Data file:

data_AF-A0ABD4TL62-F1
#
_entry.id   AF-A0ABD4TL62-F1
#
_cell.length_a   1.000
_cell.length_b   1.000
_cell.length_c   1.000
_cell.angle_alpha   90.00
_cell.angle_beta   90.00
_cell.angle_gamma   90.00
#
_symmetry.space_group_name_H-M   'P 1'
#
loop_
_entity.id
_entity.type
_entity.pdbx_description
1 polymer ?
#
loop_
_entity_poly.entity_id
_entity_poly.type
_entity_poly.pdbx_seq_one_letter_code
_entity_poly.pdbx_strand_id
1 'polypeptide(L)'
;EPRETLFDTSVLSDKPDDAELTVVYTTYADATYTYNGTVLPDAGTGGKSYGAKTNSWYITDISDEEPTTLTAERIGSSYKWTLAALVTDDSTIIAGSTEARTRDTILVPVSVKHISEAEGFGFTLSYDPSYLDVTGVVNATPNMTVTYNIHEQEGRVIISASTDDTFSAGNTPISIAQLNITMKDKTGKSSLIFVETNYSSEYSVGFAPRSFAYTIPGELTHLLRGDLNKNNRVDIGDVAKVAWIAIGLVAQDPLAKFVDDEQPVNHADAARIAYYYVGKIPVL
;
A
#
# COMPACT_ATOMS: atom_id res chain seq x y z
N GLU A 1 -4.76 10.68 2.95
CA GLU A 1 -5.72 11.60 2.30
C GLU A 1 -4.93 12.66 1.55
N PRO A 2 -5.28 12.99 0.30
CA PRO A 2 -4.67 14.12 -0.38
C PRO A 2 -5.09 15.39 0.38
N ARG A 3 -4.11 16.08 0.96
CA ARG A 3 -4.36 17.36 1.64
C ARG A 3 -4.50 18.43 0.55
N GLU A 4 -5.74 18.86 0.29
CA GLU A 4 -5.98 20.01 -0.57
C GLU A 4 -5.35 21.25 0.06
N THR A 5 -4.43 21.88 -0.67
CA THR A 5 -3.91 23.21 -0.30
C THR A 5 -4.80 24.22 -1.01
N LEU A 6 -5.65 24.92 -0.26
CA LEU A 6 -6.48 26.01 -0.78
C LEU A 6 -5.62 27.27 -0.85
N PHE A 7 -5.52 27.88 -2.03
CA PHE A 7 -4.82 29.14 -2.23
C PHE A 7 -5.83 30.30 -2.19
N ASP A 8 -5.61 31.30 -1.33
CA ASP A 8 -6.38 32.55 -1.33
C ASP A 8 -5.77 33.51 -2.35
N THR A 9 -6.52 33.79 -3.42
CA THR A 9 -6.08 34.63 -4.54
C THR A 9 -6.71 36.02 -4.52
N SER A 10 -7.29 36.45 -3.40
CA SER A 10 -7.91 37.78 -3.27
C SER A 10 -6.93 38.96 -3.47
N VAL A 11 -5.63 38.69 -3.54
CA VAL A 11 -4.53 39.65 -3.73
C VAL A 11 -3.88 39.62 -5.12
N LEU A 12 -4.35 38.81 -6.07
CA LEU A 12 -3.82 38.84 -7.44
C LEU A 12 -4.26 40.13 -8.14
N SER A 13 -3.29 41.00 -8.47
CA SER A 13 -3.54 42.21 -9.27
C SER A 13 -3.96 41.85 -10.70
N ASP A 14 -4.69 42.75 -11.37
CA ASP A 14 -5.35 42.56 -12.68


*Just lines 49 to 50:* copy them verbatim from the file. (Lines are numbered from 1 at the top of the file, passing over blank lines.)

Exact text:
N PHE A 7 -5.52 27.88 -2.03
CA PHE A 7 -4.82 29.14 -2.23